FOR IMMEDIATE RELEASE
October 17, 2018
– National Immigration Law Center: Juan Gastelum (213-375-3149) or Hayley Burgess (202-384-1279), [email protected]
– Center for Law and Social Policy: Tom Salyers (202-607-1074), [email protected]
Trump Anti-Family Regulation Draws 15,000+ Comments in First Week
Proposal would deny immigrants for meeting basic needs
WASHINGTON — A Trump administration regulatory proposal to effectively restrict immigration access based on income has drawn more than 15,000 comments since the legally required public comment period opened on October 10. Widely reported by the press, the “public charge” regulation would put people at risk of immigration denials if they use Medicaid, the Supplemental Nutrition Assistance Program, Medicare’s prescription drug assistance program, or other programs. The National Immigration Law Center and the Center for Law and Social Policy are coordinating a campaign to protect millions of immigrant families from this attack.
“This massive response shows that people see the Trump regulation for what it is — reckless, deeply unfair, and inconsistent with core American values,” said Madison Hardee, a senior policy analyst/attorney at the Center for Law and Social Policy.
Experts warn that the plan would worsen hunger, unmet health needs, and other problems by making immigrant families — including families with children — afraid to get the help they need. Comments opposing the regulation validate those concerns.
“I am applying for Green Card. I already dis-enrolled my child from CHIP out of fear since the draft policy floated around early this year. I pray every day nothing bad happens to my child,” wrote one anonymous commenter.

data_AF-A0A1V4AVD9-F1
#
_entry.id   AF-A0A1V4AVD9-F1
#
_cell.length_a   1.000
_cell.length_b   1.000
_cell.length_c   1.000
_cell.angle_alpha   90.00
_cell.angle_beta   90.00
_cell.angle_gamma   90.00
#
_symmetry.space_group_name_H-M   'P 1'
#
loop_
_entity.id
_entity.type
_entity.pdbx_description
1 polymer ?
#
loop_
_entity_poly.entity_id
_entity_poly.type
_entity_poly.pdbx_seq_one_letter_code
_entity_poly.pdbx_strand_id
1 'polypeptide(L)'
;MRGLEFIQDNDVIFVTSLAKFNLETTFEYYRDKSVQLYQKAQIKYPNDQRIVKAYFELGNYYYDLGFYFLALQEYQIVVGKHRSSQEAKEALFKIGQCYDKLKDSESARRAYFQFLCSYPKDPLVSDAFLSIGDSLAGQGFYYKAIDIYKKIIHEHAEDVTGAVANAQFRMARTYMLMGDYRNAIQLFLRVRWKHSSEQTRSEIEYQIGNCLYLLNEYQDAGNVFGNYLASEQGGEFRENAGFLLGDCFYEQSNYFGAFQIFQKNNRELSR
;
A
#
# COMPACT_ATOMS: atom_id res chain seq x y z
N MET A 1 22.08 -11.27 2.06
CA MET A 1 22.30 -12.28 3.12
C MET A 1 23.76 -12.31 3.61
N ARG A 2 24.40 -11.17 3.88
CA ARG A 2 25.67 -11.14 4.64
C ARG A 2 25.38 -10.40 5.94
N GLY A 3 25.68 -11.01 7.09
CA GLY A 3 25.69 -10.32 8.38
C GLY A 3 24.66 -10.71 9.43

Advocates for economic opportunity and immigrant families charge that the proposal would put wealthy immigrants ahead of families and expand a policy that has been historically abused. Commenters also underscore those concerns.
“This rule is diametrically opposed to our most basic values as a nation and devalues the fact that many of our top doctors, scientists, inventors, and entrepreneurs are the children or grandchildren of immigrants who came to the United States with little more than the clothes on their backs and dreams for a better future,” wrote Meredith Owen of Church World Service.
“My husband’s entire family arrived as widows and child refugees from the Holocaust. Many immigrants arrive in similar tragic circumstances in which they need to use the US’s social safety net,” wrote commenter Janet Rosenbaum.
Individuals who have submitted comments to date opposing the regulation include elected officials, physicians, food pantry and other human services agency administrators, and community voices. A week ago, advocates released a joint letter signed by more than 1,500 nonprofits representing a wide range of concerns, from housing to faith, hunger to immigrants’ rights.
Federal law requires that the administration give the public an opportunity to comment on this expansive proposal. Commenters are not required to give their address or divulge their immigration status. Concerned members of the public can learn more and submit comments on the proposal at www.ProtectingImmigrantFamilies.org through December 10, 2018.
Advocates observed that the pace of comments to date could put the public charge regulation on track to surpass the 50,714 comments received on a student visa training options regulation proposed in 2015. That proposal appears to have received the most comments submitted on any regulatory proposal by the U.S. Department of Homeland Security.
“There is still much work to be done and only a few weeks to do it,” said Sonya Schwartz, a senior policy attorney with the National Immigration Law Center. “But it’s encouraging to see the American people raising their voices to resist Trump’s anti-immigrant, anti-family agenda and take the power back.”